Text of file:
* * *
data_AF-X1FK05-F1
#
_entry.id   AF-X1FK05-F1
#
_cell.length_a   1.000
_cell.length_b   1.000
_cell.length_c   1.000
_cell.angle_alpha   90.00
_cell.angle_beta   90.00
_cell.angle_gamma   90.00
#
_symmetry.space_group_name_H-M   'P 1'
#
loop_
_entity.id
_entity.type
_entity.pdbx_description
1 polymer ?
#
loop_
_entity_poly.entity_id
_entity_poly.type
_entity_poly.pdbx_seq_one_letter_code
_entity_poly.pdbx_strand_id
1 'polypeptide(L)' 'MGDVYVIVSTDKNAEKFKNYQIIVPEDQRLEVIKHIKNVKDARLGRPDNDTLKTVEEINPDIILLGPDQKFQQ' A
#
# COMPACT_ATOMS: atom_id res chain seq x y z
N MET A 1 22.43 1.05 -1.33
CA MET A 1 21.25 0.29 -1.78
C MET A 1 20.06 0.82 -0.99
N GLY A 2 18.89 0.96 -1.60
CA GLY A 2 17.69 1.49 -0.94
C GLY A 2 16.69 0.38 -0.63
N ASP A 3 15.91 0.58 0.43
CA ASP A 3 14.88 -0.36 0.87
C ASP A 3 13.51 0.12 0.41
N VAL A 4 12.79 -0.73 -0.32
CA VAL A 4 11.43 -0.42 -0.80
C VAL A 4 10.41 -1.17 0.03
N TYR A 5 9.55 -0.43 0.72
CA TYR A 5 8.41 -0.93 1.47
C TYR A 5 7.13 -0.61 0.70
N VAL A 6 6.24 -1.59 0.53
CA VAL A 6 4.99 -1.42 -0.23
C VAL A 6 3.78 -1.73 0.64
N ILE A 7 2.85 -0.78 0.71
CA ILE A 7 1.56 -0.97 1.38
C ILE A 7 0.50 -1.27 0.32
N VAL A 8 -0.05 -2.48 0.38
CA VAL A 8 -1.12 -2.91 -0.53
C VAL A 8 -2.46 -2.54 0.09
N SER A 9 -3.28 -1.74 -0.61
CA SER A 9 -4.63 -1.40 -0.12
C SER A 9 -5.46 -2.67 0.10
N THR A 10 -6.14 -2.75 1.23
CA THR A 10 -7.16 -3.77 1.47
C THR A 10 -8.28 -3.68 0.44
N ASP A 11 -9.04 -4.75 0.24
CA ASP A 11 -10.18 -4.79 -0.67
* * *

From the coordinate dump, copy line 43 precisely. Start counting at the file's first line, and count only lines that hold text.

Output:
N VAL A 6 6.24 -1.59 0.53